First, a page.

When Ryan Tierney was 11, he was a boy with a plan: to present Mom with a homemade book about their life together for Mother's Day. He sneaked a blank notebook from the family's closet, and every night after Robin Tierney went to sleep, Ryan worked on it. He looked through old photo albums and picked out pictures, including a first-grade picture of her. He wrote, "Who knew you would become the best mom?"
"You know how a mother always says, 'It's not what you spend, it's the thought that counts?' " Robin Tierney says. "He put so much thought into this. People cry when they read it." In honor of Mother's Day on Sunday, we tell the story of his gift and some others Long Island moms treasure.
The mom: Carol Graves, Nesconset
The gift: Handprint
Who made it: Her son, Justin
How long Mom's had it: More than 25 years
Graves' son made her a Mother's Day poster with his two handprints in green paint when he was in first grade. It also has a picture of himself and a rainbow. Mom framed it and still has it. Now, Graves' granddaughter Sydney, 3 - Justin Graves' daughter - has made a handprint in the same color for her mom, Katie. "You cry when you see the stuff," Carol Graves says.
Ariell made her mom the apron in school last year. "You had to pay for it for the teacher to buy it," Ariell says. It has an iron-on photograph of Ariell on it, and Ariell decorated it for mom with hearts, flowers and rainbows. "You are the best mom in the world," Ariell wrote, along with "Happy Mother's Day." But the apron's not in use in the kitchen - Mom hung it up in her bedroom. "I was just so touched by it," Bagley says. "I'm going to keep this forever. I love this; it's so special."
The mom: Robin Tierney, North Massapequa
The gift: A homemade book
Who made it: Son Ryan, now 18
How long she's kept it: Seven years
"It was a total shock," Robin Tierney says of the book, which also includes entries such as a poem Ryan wrote for her. Tierney was a single mom of three - Ryan is the baby, and now he's heading off to Brandeis University in the fall. "This is the best present I've ever gotten," she says. She used to keep it on the coffee table, but put it away because it was written in pencil, and she didn't want it to fade or smudge.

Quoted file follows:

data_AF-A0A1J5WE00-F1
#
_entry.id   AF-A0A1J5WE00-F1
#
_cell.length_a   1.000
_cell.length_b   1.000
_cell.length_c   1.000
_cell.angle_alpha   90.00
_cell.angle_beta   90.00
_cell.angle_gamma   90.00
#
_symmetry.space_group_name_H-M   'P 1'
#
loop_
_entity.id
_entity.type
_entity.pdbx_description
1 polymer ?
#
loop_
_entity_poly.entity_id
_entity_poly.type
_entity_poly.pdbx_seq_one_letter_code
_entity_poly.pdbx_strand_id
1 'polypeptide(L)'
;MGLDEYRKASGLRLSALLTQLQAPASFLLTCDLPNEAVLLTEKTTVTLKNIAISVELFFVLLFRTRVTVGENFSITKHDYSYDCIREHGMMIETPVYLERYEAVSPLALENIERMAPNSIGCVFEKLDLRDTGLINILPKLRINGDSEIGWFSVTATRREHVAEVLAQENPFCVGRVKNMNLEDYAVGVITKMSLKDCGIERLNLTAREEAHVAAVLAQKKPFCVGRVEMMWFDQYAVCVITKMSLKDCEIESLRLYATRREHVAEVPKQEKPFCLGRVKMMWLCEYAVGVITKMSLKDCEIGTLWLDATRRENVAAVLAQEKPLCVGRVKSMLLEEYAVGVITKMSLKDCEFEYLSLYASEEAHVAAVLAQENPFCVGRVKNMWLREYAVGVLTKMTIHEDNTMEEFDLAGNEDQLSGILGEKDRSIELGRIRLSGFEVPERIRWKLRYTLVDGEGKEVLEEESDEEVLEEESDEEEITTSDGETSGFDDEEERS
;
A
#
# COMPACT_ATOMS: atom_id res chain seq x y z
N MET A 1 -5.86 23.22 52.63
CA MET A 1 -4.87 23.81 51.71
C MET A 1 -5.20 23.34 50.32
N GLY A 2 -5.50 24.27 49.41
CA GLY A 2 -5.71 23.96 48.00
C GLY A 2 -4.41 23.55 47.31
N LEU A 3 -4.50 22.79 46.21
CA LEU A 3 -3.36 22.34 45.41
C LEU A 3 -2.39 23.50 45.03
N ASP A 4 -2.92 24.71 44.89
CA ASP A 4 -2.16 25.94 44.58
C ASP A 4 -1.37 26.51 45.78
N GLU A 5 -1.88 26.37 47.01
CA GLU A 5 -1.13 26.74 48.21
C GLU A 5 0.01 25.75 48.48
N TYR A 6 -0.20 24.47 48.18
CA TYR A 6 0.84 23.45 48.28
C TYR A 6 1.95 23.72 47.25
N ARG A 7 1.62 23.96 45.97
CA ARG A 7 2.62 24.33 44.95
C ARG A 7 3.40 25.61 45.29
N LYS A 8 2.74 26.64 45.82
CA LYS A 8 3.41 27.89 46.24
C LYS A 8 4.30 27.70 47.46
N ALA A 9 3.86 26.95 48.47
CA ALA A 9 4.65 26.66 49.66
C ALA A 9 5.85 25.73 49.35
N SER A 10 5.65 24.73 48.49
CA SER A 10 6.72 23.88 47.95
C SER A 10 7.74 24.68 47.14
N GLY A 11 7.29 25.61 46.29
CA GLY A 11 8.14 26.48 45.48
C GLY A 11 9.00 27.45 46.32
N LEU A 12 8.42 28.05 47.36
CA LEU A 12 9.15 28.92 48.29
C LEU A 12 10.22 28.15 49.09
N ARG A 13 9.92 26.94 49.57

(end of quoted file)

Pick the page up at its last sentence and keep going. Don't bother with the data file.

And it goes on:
The mom: Robin Atlas, Oceanside
The gift: Pen Pal Letter Exchange
Who made it: Son Zachary, now 15
How long she's kept it: Nine years
"Hi, my name is Zachary Atlas and I'm 6 years old. When I grow up I want to be a pilot," begins the collection of letters Zachary exchanged with his parents as a months-long first-grade project. "In your first letter, will you tell me about the day I was born?" Robin Atlas remembers her emotion as she wrote to her only child, who was adopted, explaining how they were called to the hospital as he was about to be born. "As soon as we got there, you jumped out of the lady's stomach and into Mommy's and Daddy's arms," she wrote. The letters also talk about snow tubing and other family events. Now, Zachary no longer wants to be a pilot, incidentally. "He wants to be a filmmaker," Mom explains, "and do scary movies that scare people to death."
The mom: Lisa Wolf, Kings Park
The gift: Paper flower bouquets
Who made them: Three of her children, when each was in preschool
How long she's kept them: The longest is six years
Lisa Wolf's four children - now 10, 8, 6 and 3 - all attended Abiding Presence preschool in Fort Salonga. As the older three went through the 4-year-olds' classroom, each made the same project for Mother's Day - a bouquet of paper flowers. Each flower had a gift written on it: "I will set the table," one said. "I will clean my room," another said. Wolf did redeem the offers - "I think when I did it soon after, they were OK with it; if I waited too long, they were like, 'Mo-o-om' " - but she put the flowers back together afterward and kept them. "They're sentimental, they're so cute," she says. She's still got one more bouquet coming, when her daughter Madison heads to the 4-year-olds' class next year.